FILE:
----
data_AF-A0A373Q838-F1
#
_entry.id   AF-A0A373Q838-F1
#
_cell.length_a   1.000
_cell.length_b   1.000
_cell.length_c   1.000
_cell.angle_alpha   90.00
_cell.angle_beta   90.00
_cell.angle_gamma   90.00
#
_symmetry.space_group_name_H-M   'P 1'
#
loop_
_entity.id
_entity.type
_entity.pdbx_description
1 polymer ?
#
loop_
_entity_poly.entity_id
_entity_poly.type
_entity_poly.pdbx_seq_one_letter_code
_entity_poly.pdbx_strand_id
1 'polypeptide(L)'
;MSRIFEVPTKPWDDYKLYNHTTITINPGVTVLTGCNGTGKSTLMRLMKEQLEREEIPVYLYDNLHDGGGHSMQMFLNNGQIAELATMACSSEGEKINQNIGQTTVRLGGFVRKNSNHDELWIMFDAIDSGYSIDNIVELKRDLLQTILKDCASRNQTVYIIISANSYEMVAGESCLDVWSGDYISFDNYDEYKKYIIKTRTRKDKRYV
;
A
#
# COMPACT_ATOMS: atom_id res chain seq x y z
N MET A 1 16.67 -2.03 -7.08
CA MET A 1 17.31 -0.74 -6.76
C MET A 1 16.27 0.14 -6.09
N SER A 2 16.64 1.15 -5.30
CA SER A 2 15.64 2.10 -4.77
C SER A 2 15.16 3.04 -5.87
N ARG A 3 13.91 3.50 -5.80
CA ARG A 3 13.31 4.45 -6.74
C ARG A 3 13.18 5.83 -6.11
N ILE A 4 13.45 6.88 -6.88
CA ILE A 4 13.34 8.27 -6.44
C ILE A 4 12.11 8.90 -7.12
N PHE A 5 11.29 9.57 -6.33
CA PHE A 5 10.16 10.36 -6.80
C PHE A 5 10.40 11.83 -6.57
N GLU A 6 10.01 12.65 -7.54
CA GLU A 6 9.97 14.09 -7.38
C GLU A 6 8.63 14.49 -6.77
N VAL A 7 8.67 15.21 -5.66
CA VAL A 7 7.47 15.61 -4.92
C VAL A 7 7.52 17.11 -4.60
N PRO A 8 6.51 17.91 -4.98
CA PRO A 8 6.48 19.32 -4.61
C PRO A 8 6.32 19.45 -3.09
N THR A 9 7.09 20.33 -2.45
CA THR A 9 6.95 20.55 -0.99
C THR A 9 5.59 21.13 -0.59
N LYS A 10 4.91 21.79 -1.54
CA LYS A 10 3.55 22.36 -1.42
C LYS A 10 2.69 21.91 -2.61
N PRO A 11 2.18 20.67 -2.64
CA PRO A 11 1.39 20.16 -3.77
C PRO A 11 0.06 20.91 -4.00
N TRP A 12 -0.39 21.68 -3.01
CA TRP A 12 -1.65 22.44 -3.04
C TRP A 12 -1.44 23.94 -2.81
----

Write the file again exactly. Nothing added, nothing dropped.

data_AF-A0A373Q838-F1
#
_entry.id   AF-A0A373Q838-F1
#
_cell.length_a   1.000
_cell.length_b   1.000
_cell.length_c   1.000
_cell.angle_alpha   90.00
_cell.angle_beta   90.00
_cell.angle_gamma   90.00
#
_symmetry.space_group_name_H-M   'P 1'
#
loop_
_entity.id
_entity.type
_entity.pdbx_description
1 polymer ?
#
loop_
_entity_poly.entity_id
_entity_poly.type
_entity_poly.pdbx_seq_one_letter_code
_entity_poly.pdbx_strand_id
1 'polypeptide(L)'
;MSRIFEVPTKPWDDYKLYNHTTITINPGVTVLTGCNGTGKSTLMRLMKEQLEREEIPVYLYDNLHDGGGHSMQMFLNNGQIAELATMACSSEGEKINQNIGQTTVRLGGFVRKNSNHDELWIMFDAIDSGYSIDNIVELKRDLLQTILKDCASRNQTVYIIISANSYEMVAGESCLDVWSGDYISFDNYDEYKKYIIKTRTRKDKRYV
;
A
#
# COMPACT_ATOMS: atom_id res chain seq x y z
N MET A 1 16.67 -2.03 -7.08
CA MET A 1 17.31 -0.74 -6.76
C MET A 1 16.27 0.14 -6.09
N SER A 2 16.64 1.15 -5.30
CA SER A 2 15.64 2.10 -4.77
C SER A 2 15.16 3.04 -5.87
N ARG A 3 13.91 3.50 -5.80
CA ARG A 3 13.31 4.45 -6.74
C ARG A 3 13.18 5.83 -6.11
N ILE A 4 13.45 6.88 -6.88
CA ILE A 4 13.34 8.27 -6.44
C ILE A 4 12.11 8.90 -7.12
N PHE A 5 11.29 9.57 -6.33
CA PHE A 5 10.16 10.36 -6.80
C PHE A 5 10.40 11.83 -6.57
N GLU A 6 10.01 12.65 -7.54
CA GLU A 6 9.97 14.09 -7.38
C GLU A 6 8.63 14.49 -6.77
N VAL A 7 8.67 15.21 -5.66
CA VAL A 7 7.47 15.61 -4.92
C VAL A 7 7.52 17.11 -4.60
N PRO A 8 6.51 17.91 -4.98
CA PRO A 8 6.48 19.32 -4.61
C PRO A 8 6.32 19.45 -3.09
N THR A 9 7.09 20.33 -2.45
CA THR A 9 6.95 20.55 -0.99
C THR A 9 5.59 21.13 -0.59
N LYS A 10 4.91 21.79 -1.54
CA LYS A 10 3.55 22.36 -1.42
C LYS A 10 2.69 21.91 -2.61
N PRO A 11 2.18 20.67 -2.64
CA PRO A 11 1.39 20.16 -3.77
C PRO A 11 0.06 20.91 -4.00
N TRP A 12 -0.39 21.68 -3.01
CA TRP A 12 -1.65 22.44 -3.04
C TRP A 12 -1.44 23.94 -2.81